Nicholas Withycombe Garland was the son of Communists, “active, proselytizing Reds. They broke with the party in 1947, but never lost their belief in Socialism.”
So began Garland’s life as an artist and social commentator.
Garland was born in London, grew up in New Zealand, and returned to London to study at the Slade School of Fine Art, from which he graduated in 1957. After a detour working as stage manager and director at the Royal Court Theatre, he began a career as a caricaturist for the Spectator and the Daily Telegraph, where Garland reveled in the radical difference between the paper’s right-wing politics and his own left-wing bohemian background. “The Telegraph has always given a home to eccentrics and odd-balls. I fitted in perfectly well.”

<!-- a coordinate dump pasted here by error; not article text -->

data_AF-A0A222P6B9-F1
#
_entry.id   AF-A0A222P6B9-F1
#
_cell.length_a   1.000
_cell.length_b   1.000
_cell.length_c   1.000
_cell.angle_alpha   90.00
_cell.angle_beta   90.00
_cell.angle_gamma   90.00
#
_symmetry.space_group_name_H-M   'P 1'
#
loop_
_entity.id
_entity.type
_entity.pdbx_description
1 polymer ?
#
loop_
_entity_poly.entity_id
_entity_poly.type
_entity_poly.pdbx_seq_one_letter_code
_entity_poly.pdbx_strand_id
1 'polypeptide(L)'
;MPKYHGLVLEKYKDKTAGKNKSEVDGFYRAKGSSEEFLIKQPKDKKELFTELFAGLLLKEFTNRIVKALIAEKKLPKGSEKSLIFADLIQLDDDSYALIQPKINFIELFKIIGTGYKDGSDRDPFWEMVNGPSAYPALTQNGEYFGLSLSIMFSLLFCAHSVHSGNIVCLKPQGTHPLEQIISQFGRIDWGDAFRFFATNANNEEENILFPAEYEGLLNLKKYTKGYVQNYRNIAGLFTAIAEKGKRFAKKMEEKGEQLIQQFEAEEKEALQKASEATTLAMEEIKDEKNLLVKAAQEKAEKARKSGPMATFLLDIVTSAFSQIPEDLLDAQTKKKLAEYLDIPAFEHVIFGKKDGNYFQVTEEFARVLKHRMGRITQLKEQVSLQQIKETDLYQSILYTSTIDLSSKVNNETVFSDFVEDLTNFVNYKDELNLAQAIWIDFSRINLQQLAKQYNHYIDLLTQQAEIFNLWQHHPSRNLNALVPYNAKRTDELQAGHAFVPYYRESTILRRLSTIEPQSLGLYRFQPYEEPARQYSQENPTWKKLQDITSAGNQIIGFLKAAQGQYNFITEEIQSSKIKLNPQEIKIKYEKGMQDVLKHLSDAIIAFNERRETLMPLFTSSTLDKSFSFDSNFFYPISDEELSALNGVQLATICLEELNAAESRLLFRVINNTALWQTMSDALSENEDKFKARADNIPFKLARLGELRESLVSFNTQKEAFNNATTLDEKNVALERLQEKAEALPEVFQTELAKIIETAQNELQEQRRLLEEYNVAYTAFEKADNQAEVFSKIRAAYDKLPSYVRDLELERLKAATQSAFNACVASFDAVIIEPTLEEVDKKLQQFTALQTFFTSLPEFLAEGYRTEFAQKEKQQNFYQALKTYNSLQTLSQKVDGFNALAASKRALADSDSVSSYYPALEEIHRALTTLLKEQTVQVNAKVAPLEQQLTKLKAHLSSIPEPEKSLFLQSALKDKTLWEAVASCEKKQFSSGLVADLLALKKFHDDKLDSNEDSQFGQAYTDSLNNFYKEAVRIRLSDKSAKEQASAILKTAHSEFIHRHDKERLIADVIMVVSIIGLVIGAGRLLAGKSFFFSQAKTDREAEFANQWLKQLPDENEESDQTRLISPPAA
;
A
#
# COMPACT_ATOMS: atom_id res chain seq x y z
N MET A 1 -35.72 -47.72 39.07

Garland also paints and makes prints. But he is, first and foremost, a caricaturist. As a boy, he loved the caricatures he found in Mad magazine. As a young man in London, he discovered Wally Fawkes’ “Flook” strip in the Daily Mail, matching the humor of Mad magazine “joke for joke and caricature for caricature. I was a fan from the start.” Garland argues that cartoons “are merely telling people what they already know in a highly simplified form.”
Garland was a founder of The Independent, a liberal UK newspaper. He was awarded the OBE in 1998. His archives are held at the University of Kent.